AF: I’ve been mulling over this idea for years, and initially had in mind to illustrate it myself. However, I wasn’t convinced my style fit the level of precision and detail a project of this magnitude demands. Jesse and I had met a few years ago and discussed the idea of a collaboration. With his style, it felt like a no-brainer to get him on it, and I was very fortunate that he said “yes.”

JL: Actually, it was completely by chance. I met Andre working a night shift at the cafe. He was sitting by himself with his laptop and there wasn’t anybody else inside. I saw him drawing on a tablet and I asked him if he was working on anything. After chatting a bit, he tells me he works for SCAD (Savannah College of Art and Design) and that he also writes and produces comics. He gave me his card and I gave him my Tumblr to look at my art. Fast forward a few months later, Andre contacts me about a project he’s working on and asked if I would be interested in being his artist. Believe it or not, I wasn’t the first artist to work on this project. Andre had another guy working with him, but for reasons unknown, he left and Andre asked me to hop on the project. The rest is history.

GP: You mentioned that Simon Says is influenced by noir and pulp fiction and films like Schindler’s List and Inglorious Bastards. Were there any comics that had an influence on Simon Says?

AF: If I had to choose a couple that mostly influenced my storytelling, it would have to be Art Spiegelman’s MAUS and Frank Miller’s Sin City. Spiegelman had a very forward and frank way of putting his story. There was no glitz and glamour to his storytelling. He told it as it needed to be told. From Miller’s Sin City, I think the biggest influence is in Simon’s inner monologuing, which Sin City’s Frank did such a great job of doing.

JL: For me, I’d have to say Art Spiegelman’s Maus. I’ve always had it set in the back of my head while working on the pages. It’s raw, emotional, and dauntingly haunting. With an atrocity such as the Holocaust, everyone has the sensibility to empathize with an event so devastating and tragic. But, when you’re witnessing the horrors through the eyes of somebody who’s actually been through it, your senses are on an entirely different scale. 

GP: What would you say your biggest comic influences are as creators, and what sets your story apart from others?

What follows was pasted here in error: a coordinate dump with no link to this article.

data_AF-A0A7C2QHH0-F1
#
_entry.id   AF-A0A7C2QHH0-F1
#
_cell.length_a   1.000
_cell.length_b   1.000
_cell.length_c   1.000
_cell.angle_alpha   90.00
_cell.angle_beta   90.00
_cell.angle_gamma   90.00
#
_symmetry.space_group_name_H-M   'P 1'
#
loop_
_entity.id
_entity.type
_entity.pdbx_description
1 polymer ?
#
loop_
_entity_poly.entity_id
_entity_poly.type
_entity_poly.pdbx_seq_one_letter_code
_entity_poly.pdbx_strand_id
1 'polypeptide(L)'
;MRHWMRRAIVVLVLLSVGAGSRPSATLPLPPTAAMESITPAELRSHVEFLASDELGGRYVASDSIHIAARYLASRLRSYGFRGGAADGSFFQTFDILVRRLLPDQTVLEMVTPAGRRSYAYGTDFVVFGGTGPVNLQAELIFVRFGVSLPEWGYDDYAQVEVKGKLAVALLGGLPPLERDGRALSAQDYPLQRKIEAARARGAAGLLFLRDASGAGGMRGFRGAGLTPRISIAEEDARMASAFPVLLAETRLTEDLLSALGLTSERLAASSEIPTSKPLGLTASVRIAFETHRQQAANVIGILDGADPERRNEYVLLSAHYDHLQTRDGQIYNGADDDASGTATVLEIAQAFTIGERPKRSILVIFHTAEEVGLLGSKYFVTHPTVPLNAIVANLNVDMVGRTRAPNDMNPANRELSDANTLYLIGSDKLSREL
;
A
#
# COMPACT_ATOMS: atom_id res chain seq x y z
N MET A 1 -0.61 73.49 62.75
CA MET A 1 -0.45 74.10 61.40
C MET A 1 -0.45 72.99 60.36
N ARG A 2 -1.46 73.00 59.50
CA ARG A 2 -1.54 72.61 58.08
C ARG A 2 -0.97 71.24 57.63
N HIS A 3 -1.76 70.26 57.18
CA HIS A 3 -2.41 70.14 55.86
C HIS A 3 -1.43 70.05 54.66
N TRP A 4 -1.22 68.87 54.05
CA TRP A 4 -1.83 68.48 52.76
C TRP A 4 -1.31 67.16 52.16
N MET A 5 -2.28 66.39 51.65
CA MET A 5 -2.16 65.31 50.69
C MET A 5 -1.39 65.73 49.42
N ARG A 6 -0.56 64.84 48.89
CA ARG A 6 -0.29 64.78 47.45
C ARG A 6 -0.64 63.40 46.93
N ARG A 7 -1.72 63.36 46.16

AF: Quite by accident, most of my previous works are heavy handed in their pull from history. I think that I excel in storytelling that is grounded in historical roots and tries to educate while entertaining. I think that comics have a relatively untapped talent at that. Some of the best comics I know are based in reality (with a bit of a spin) and don’t rely on capes and masks. Don’t get me wrong, I love superheroes, but I think it’s something that’s widely overdone, and there’s too much great material in our own world that doesn’t get utilized.

JL: Too many to list but these guys really know how to lay the ink down and they’re just some that come to mind: John Paul Leon, Borislav Mitkov, Marcos Mateu-Mestre, Andrew Mar, and Jorge Zaffino. Aside from there not ever being a comic about Simon Wiesenthal, this project stands out among a saturated market of superheroes and muscle heads. While I thoroughly enjoy mainstream comics, this is a story about a hero without a skin-tight suit.

GP: This comic is based on the life of Simon Wiesenthal, a Holocaust survivor and Nazi hunter. Could you tell us a little about Simon’s story and how this impacted you as creators and how it has guided the direction of your project?

AF: Simon’s story, like everyone who survived the Holocaust, is a story of immense sorrow and heartache. It’s absolute hell on Earth, and anyone who hasn’t lived it (including, obviously, myself), could never seek to imagine what it was actually like. All we can say with certainty is that it changed people. In Simon’s case, it transformed him into a crusader for justice, as it did many who decided to take up the role of Nazi Hunter. This story aims to spark the recognition of those heroes in the next generation and the next generation. The farther we grow from the generation that actually experienced the war, the more likely people will forget, or start seeing it as “an unfortunate part of history.” I’m not talking about Jewish descendants, I’m talking about EVERYONE. We can’t let society forget that people who suffered didn’t fade into obscurity afterwards, they fought.

JL: I really admire the fact that Simon didn’t just seek revenge, he sought justice. He never killed any of the Nazi war criminals he captured. Instead, he made sure they stood trial for their crimes. That speaks volumes of his character and his code. Essentially, he was a real-life Bruce Wayne. It’s cool to know that you get to work on a story of a man who is pretty much Batman!

GP: Comics have always been decidedly political, and Simon Says is no exception. Was its development reactionary to current politics?